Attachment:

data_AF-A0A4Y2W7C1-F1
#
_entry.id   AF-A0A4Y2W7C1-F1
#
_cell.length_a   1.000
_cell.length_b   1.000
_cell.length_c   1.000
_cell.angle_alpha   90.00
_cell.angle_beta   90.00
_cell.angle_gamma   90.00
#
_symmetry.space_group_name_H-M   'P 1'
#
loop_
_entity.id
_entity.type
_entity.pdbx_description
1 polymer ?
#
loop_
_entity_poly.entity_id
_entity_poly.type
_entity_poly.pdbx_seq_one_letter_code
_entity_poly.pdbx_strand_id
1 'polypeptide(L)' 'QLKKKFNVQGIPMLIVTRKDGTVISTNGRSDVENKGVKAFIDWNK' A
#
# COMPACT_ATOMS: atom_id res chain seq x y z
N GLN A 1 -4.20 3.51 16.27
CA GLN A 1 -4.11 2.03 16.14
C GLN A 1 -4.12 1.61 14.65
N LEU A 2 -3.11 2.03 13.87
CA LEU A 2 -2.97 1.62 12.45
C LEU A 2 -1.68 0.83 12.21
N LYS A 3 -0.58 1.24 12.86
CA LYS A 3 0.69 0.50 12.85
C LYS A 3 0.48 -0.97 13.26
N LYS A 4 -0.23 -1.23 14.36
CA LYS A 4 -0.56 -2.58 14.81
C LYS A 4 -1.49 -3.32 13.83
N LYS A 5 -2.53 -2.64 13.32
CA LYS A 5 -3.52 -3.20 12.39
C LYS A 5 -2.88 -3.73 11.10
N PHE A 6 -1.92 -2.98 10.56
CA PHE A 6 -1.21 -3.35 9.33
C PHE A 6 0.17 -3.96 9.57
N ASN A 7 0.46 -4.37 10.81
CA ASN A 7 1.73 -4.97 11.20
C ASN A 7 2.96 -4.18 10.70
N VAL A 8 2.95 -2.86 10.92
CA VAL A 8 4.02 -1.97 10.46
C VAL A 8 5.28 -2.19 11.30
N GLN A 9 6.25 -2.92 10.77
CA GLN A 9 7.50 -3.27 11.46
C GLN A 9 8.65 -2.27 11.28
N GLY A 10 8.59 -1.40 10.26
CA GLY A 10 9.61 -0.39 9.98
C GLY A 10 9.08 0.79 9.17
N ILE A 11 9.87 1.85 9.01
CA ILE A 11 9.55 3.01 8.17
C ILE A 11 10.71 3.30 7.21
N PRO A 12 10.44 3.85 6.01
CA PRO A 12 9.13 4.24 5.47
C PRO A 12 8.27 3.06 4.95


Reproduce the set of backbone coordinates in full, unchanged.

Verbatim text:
data_AF-A0A4Y2W7C1-F1
#
_entry.id   AF-A0A4Y2W7C1-F1
#
_cell.length_a   1.000
_cell.length_b   1.000
_cell.length_c   1.000
_cell.angle_alpha   90.00
_cell.angle_beta   90.00
_cell.angle_gamma   90.00
#
_symmetry.space_group_name_H-M   'P 1'
#
loop_
_entity.id
_entity.type
_entity.pdbx_description
1 polymer ?
#
loop_
_entity_poly.entity_id
_entity_poly.type
_entity_poly.pdbx_seq_one_letter_code
_entity_poly.pdbx_strand_id
1 'polypeptide(L)' 'QLKKKFNVQGIPMLIVTRKDGTVISTNGRSDVENKGVKAFIDWNK' A
#
# COMPACT_ATOMS: atom_id res chain seq x y z
N GLN A 1 -4.20 3.51 16.27
CA GLN A 1 -4.11 2.03 16.14
C GLN A 1 -4.12 1.61 14.65
N LEU A 2 -3.11 2.03 13.87
CA LEU A 2 -2.97 1.62 12.45
C LEU A 2 -1.68 0.83 12.21
N LYS A 3 -0.58 1.24 12.86
CA LYS A 3 0.69 0.50 12.85
C LYS A 3 0.48 -0.97 13.26
N LYS A 4 -0.23 -1.23 14.36
CA LYS A 4 -0.56 -2.58 14.81
C LYS A 4 -1.49 -3.32 13.83
N LYS A 5 -2.53 -2.64 13.32
CA LYS A 5 -3.52 -3.20 12.39
C LYS A 5 -2.88 -3.73 11.10
N PHE A 6 -1.92 -2.98 10.56
CA PHE A 6 -1.21 -3.35 9.33
C PHE A 6 0.17 -3.96 9.57
N ASN A 7 0.46 -4.37 10.81
CA ASN A 7 1.73 -4.97 11.20
C ASN A 7 2.96 -4.18 10.70
N VAL A 8 2.95 -2.86 10.92
CA VAL A 8 4.02 -1.97 10.46
C VAL A 8 5.28 -2.19 11.30
N GLN A 9 6.25 -2.92 10.77
CA GLN A 9 7.50 -3.27 11.46
C GLN A 9 8.65 -2.27 11.28
N GLY A 10 8.59 -1.40 10.26
CA GLY A 10 9.61 -0.39 9.98
C GLY A 10 9.08 0.79 9.17
N ILE A 11 9.87 1.85 9.01
CA ILE A 11 9.55 3.01 8.17
C ILE A 11 10.71 3.30 7.21
N PRO A 12 10.44 3.85 6.01
CA PRO A 12 9.13 4.24 5.47
C PRO A 12 8.27 3.06 4.95